The Canadian government will not be prioritizing the return of foreign fighters from Syria despite a call from the U.S. State Department on Monday to do so.
Instead, the focus will remain on searching for ways to lay charges against those fighters and considering whether it is feasible to retrieve children born to Canadians who went overseas to fight with ISIS and are now being held in Kurdish or Syrian prisons.
“We’ve heard the request or suggestion from the United States but at this point, the fact of the matter remains that is a dangerous and dysfunctional part of the world in which we have no diplomatic presence and we are not going to put our diplomatic officers or our consular officials at risk,” Public Safety Minister Ralph Goodale told reporters on Tuesday.
He noted that Canada has a smaller number of its citizens detained as foreign fighters than some other countries do. Global News has exclusively interviewed some of those detained fighters from on the ground in prisons in Syria, where they said they want to return to Canada.
While some of those individuals either brought their children with them or had children there, Goodale said the individuals who travelled need to bear the weight of their decisions and that Canadian lives will not be endangered to try retrieving them.
“It’s a dangerous situation,” he said when asked specifically whether he was concerned the individuals could be either released or killed if they are not repatriated.
“These are people who’ve come from various places around the world — in the case of North America, abandoning the comfortable confines of free and open democracies to go halfway around the world to engage with terrorist organizations. They need to assume the responsibility for their behaviour.”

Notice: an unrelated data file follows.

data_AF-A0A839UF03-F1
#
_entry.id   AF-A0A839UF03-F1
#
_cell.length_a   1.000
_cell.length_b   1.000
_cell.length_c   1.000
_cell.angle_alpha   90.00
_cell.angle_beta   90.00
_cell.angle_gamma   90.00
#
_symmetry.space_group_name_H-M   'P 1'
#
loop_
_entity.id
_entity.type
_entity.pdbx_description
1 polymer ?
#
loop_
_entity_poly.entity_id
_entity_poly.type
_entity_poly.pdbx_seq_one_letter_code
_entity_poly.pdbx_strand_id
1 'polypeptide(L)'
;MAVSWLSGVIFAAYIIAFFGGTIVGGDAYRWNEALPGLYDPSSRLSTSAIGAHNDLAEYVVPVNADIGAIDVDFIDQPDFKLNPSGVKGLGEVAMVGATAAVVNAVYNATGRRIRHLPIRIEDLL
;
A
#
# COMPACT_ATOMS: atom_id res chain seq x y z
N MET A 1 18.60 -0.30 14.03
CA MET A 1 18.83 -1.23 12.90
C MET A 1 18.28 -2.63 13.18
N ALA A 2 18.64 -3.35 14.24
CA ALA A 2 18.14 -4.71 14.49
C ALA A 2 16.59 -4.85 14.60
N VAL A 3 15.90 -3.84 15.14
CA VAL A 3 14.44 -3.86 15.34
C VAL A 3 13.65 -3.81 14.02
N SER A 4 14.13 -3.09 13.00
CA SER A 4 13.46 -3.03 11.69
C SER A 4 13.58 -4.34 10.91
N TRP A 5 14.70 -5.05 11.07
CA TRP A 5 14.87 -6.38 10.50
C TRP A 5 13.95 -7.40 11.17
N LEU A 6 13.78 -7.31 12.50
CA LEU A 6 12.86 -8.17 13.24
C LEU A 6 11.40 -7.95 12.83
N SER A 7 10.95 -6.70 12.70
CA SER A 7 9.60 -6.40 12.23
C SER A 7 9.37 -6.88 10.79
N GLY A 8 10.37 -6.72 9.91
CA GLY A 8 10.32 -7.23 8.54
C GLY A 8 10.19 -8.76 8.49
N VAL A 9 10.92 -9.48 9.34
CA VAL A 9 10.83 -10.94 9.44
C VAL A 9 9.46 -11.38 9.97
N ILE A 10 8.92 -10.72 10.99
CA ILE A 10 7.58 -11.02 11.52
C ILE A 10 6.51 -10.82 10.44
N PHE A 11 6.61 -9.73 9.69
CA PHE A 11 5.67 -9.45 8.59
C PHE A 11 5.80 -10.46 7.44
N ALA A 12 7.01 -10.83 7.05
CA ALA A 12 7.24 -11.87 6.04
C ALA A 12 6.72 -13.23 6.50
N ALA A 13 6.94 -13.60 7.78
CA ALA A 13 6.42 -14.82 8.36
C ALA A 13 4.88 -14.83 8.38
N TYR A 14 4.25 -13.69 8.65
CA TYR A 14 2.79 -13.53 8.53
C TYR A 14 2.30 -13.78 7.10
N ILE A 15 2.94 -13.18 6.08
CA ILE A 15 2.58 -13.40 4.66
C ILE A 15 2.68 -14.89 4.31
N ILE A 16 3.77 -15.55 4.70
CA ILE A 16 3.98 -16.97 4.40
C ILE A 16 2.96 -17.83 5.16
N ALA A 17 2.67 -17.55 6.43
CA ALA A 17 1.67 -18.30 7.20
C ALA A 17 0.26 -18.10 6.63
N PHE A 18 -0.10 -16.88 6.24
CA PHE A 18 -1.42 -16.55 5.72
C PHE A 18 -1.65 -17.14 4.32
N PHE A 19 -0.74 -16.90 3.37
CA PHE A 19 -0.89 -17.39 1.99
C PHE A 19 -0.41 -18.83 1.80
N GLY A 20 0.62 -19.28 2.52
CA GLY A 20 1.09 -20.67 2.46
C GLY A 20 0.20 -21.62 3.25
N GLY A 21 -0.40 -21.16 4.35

Goodale added that while members of the coalition against ISIS are considering whether there are any options to protect the children of those individuals, answers do not “leap forward.”
“The behaviour of the parents who have put the children in that situation is absolutely appalling and reprehensible,” he said.
“We will examine carefully what can reasonably be done to protect those who are innocent in these circumstances but this is a situation which Daesh has created and to which those who have gone to that part of the world to participate, and they need to shoulder their responsibility.”
He continued, noting, “There is no easy answer where you can snap your fingers and say, ‘Presto, they’re protected.’”
Conservative immigration critic Michelle Rempel said her party asked the government to table its plan to deal with foreign fighters six months ago and they offered only “talking points” in their response.
She said the atrocities committed by ISIS in Iraq and Syria are well-documented and that if the government can’t prosecute ISIS fighters under the existing law, they should change the laws to make sure those prosecutions can take place.
“Our first and foremost role as legislators should be making sure there is a framework to bring them to justice,” she said.
“If the government feels that they can’t do this then they need to change the legislative framework to get there, otherwise how do we deter people from taking part in this in the future?”
The U.S. State Department on Monday issued a statement urging other countries to bring their citizens home.
That call comes after the surprise announcement by the Trump administration in December that it will withdraw all American forces from northeastern Syria.
“The United States calls upon other nations to repatriate and prosecute their citizens detained by the SDF and commends the continued efforts of the SDF to return these foreign terrorist fighters to their countries of origin,” U.S. State Department deputy spokesman Robert Palladino said.
Roughly 900 foreign fighters accused of having been part of ISIS have been detained by the Kurdish-led Syrian Democratic Forces.
Another 4,000 of those held by the SDF are family to the foreign fighters — usually wives or children.
In the case of Canada, there are four men, three women and seven children known to be held.
But Families Against Violent Extremism, a group representing the families of those accused of being ISIS fighters, says the number is actually 24.